A day in the life of a Digital Project Manager close

Rachel Wilde
Rachel Wilde
In Codegent College
24th January 2013
A day in the life of a Digital Project Manager

At the moment we are working on the redesign of kinapse.co.uk. A challenge they have faced in the past is the lack of understanding potential recruits have of what the different roles in the organisation actually involve. To help with this issue we have introduced ‘A day in the life’ section on their site.

This got me thinking about how well my role as a Project Manager is understood by those who have not worked at digital agencies before. Hopefully my clients understand my overall responsibilities (or I’m not doing a very good job!), but when you look at the day to day tasks of a Designer or Developer they seem much more tangible, whereas a PM can seem less defined. Are we just here to get in the way? To answer this question I'm going to attempt to describe what I (and the other PM’s on the team) actually do every day and what difference we make to the output of the agency.

AM v’s PM

The first thing to point out is that at Codegent we don’t have Account Managers as such. At some larger agencies you are likely to have a client facing Account Manager (known as “A Suit”) whose role is to build a relationship with you, develop your digital strategy and take briefs. They would then pass on the requirements to a Project Manager (who you may or may not ever meet), whose role is to deliver the project. At Codegent we combine these roles into one so that, supported by Mark and David at a strategic level, your Project Manager is the one that understands your business needs AND delivers the projects that aims to meet these needs. So when I talk about Project Management I really mean Account and Project Management as a hybrid role.

A Typical Day

The next thing to realise about digital Project Management is that there isn’t really such a thing as a ‘typical day’, every day is very different. That’s one reason why I enjoy the role so much…and also the reason why I should probably have given this article a different title!

One thing that is consistent however is that every day starts with checking emails…just as it does for most of you no doubt. Although it’s not always possible to respond to every one straight away the key is to pick out any that need urgent attention. If you are waiting on something that another member of the team needs to get on with their work, if the client has an urgent request etc.

Then it’s about checking what all of the designers and developers are scheduled on that day and ensuring that they have everything they need. If they haven’t had a brief or have an unanswered question then they can’t get on with their work and wasted resources is something no agency can afford. If questions do arise or they are unsure which option to choose then the PM will do everything they can to get them back on track, but if we can’t or are unsure then we need to contact the relevant party/person to get them what they need.

After that a range of things can happen depending on what’s going on, these may include…

  • Meeting with clients to discuss upcoming or current projects, presenting ideas or creative, CMS training etc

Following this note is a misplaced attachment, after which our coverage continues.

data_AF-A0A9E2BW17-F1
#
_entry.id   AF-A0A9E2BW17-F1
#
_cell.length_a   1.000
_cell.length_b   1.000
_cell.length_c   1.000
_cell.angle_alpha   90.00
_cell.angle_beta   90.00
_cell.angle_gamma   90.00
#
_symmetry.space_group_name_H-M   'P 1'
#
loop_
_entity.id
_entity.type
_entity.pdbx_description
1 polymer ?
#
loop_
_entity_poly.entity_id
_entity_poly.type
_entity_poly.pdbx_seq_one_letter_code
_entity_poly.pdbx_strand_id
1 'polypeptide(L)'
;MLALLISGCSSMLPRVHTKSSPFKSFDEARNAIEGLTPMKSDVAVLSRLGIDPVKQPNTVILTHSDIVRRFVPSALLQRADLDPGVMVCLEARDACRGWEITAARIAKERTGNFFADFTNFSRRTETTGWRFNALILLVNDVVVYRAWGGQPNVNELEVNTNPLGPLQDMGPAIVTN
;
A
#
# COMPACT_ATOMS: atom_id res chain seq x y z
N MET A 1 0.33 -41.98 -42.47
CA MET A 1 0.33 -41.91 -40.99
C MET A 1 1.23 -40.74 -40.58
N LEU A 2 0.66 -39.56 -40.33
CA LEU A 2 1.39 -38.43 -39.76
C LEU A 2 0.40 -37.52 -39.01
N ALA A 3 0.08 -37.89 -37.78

• Writing documents such as briefs, project timing plans, scopes of work, functional specifications, CMS guides etc - sharing them with everyone who needs to sign them off, collating feedback and updating where required
  • Receiving briefs from clients. These may come through via phone, email or a meeting but it is essential that we dedicate time to understanding exactly what the requirements are and ensuring we can translate this into a clear brief for the team
  • Going through new briefs with the relevant team members to see how long the work will take and putting together costs based on this
  • Reviewing designs before they are presented to the client - it’s the PM’s responsibility to give them the first critique, judge how well they meet the brief, request changes to try and make them work harder or give opinions on ways they can be improved
  • Discussing feedback with the client and then passing this onto the team ensuring that all points are addressed satisfactorily before representing to the client
  • Taking clients through proposals, next steps in the their project, assets that are required from them
  • Chasing clients for sign off on projects, documents, feedback on designs, assets and content etc
  • Writing placeholder text to be used in designs or sometimes writing final copy when it has not been supplied and is holding a project up
  • Liaising with third parties such as other agencies, content providers, media suppliers and hosting companies
  • Checking development work that I have been told is completed, testing and reporting back any bugs or errors to the team
  • Resourcing - every Friday afternoon the Codegent PMs gather to resource for the next week. We then go through all the resources and projects and assign each team member a task every day the following week using Schedule App
  • New business meetings - although these are often lead by Mark and David it’s good for clients to meet the person that will be their day to day contact
  • Researching what’s going on in the industry and with our clients competitors and brainstorming new ideas for clients
  • Forecasting, budget control and invoicing across all projects